Wednesday, October 15, 2008

For Sale

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Exocet Warp Slalom 67

My 2008 slalom board - 105 liters, 67cm wide, and about the most nicely balanced slalom board I've ever sailed. Sweet spot is around 6.5-7.5, but it extends well down to 5.8 and crazy water with a slighly smaller fin (like a 34 or even 32 G-10 fin). It also works well with an 8.2 and a larger fin (like a 42cm carbon Finworks). I won the slalom in the Canadian championships on this board because of its range, speed in the flat stuff, and control on the outside (where the eddy line was pushing up the voodoo chop). The guys I was racing either had the speed, or the glide and angle, but never both - so I had more degrees of freedom.

If you're looking for a slalom board to race competitively, at a killer price, this is it. If you're looking for a fast board to freeride, its ease of use makes this one uniquely accessible (and ensures you don't ever have to worry about your buddy passing you because he has a faster board). This is also one of the nicest-jibing boards I've ever sailed.

The board's in great condition (one repair on the deck, but that never sucked water since it happened at the beach - that's where the Sailworks sticker is visible in the photo) and comes with super-comfy DaKine straps. I can arrange shipping at cost; we can figure out local arrangements anywhere in the Pacific Northwest, and maybe even the Bay Area (have a trip coming up in April) --->  $1,095.




















Also: late 80's/early 90's F2 Lightning racing longboard, complete with all parts (yes, the mast track works and has been adapted for M8 bolts, so you don't have to worry about the proprietary F2 steel pins). This is the World Cup edition with the carbon center board. I picked this up from someone who had it in his garage unused for over 15 years, so it's in unbelievably great shape (no soft spots anywhere). I thought I'd come down for City League races in Seattle, but found that the drive was just prohibitive.  ---> $300.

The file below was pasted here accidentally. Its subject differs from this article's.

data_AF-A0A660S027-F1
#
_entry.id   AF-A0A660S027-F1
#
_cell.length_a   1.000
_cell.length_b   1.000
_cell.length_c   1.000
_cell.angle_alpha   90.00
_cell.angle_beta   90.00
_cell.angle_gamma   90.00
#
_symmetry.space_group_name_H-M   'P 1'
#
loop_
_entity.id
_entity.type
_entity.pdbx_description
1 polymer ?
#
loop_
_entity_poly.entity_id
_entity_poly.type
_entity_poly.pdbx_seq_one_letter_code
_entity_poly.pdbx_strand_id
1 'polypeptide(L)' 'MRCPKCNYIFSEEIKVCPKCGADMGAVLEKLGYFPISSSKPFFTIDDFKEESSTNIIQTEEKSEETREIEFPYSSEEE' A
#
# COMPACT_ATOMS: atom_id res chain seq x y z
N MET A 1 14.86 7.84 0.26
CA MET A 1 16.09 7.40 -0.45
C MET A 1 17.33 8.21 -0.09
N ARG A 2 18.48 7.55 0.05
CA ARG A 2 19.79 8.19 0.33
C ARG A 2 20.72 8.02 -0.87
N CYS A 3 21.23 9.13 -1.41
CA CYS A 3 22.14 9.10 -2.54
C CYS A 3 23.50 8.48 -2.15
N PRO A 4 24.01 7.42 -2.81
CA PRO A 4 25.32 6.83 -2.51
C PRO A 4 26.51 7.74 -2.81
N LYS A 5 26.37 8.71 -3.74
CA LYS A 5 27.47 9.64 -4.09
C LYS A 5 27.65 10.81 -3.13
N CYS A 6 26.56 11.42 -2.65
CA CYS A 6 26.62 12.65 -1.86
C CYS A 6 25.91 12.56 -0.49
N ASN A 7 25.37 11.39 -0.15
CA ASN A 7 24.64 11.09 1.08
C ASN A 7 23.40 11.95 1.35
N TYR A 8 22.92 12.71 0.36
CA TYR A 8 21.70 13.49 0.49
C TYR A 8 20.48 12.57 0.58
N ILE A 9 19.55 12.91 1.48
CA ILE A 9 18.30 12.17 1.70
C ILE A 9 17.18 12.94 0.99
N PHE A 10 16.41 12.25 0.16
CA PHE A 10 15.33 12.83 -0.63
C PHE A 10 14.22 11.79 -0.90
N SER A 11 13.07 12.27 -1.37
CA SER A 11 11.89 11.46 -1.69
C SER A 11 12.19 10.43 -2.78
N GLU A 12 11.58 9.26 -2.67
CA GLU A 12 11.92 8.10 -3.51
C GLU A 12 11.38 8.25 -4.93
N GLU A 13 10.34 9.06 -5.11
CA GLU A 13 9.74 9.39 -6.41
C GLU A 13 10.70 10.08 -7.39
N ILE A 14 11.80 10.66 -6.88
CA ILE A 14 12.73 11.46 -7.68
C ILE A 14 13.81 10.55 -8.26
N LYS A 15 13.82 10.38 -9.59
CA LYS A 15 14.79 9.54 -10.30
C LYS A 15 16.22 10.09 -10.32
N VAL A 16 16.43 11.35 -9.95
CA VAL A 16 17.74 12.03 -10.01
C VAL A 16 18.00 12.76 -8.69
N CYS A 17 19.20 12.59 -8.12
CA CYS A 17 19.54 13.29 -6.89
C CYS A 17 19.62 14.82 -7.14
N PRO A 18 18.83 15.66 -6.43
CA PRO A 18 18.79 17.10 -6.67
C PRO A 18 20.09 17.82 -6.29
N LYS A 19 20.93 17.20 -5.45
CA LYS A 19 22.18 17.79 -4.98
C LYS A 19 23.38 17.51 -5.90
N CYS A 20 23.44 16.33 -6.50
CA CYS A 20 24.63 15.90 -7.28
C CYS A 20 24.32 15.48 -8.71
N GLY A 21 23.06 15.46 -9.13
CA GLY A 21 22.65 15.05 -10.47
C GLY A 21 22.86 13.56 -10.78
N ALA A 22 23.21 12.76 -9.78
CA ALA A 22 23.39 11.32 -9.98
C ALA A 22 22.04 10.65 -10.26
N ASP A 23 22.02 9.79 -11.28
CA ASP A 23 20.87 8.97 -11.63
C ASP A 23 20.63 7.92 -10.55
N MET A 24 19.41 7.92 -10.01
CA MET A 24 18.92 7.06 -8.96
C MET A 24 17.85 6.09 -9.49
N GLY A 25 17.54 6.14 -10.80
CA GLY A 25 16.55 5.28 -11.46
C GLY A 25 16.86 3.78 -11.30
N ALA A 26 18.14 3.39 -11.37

Update: here are some pictures of the Lightning (yep, it's the big one; yep, it's in great shape; yep, the track is fully functional; yep, it's the carbon centerboard, and the gaskets are in great shape; yep, it the newer version with the PowerBox fin; ...)



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Saturday, October 4, 2008

50.57

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Damn, those kiters really have hit their stride now. At theL├╝deritz Speed Challenge , Sebastien Cattelan  of France broke the 50 knot barrier. Rumor has it that this means the canal won't open for the next round of Masters of Speed - I could see how that might be true, as it would be harder to get sponsorship together and get people to commit that much time and money if there's no more chance at being the first to break 50.

Congratulations to the kiters at Luderitz - those are some pretty awesome performances. Given how quickly they were able to push their speeds up to those levels from where they were just a few years ago, there's been a lot of very rapid development in that sport. Good on them!

I wonder if this will spell the end of the speed rush windsurfing has gone through in the last few years, with several well-organized record attempts and a bunch of grass roots GPS-based informal competition. I also wonder what it will take for windsurfing to reclaim the outright record - it took Maynard and Albeau a lot of time, money, and R&D to get to 49.09; kiters just blew right by them, and physics seem to be on their side at this point. Seems like the current gear and technique combo needs to be tweaked a bit to get back in the game. The sailors have been trying to do the same thing vis-a-vis windsurfing (check http://www.sailrocket.com/ or http://www.hydroptere.com/ to see some of those attempts - none of them successful so far) Perhaps we'll end up seeing some crazy foiling windsurfers with funky outriggers to get on top of the physics here - but given the state of the industry, I'm not sure where the funding for such extensive R&D would come from. Incremental improvements to the current design paradigm seem to have run into the law of diminishing returns.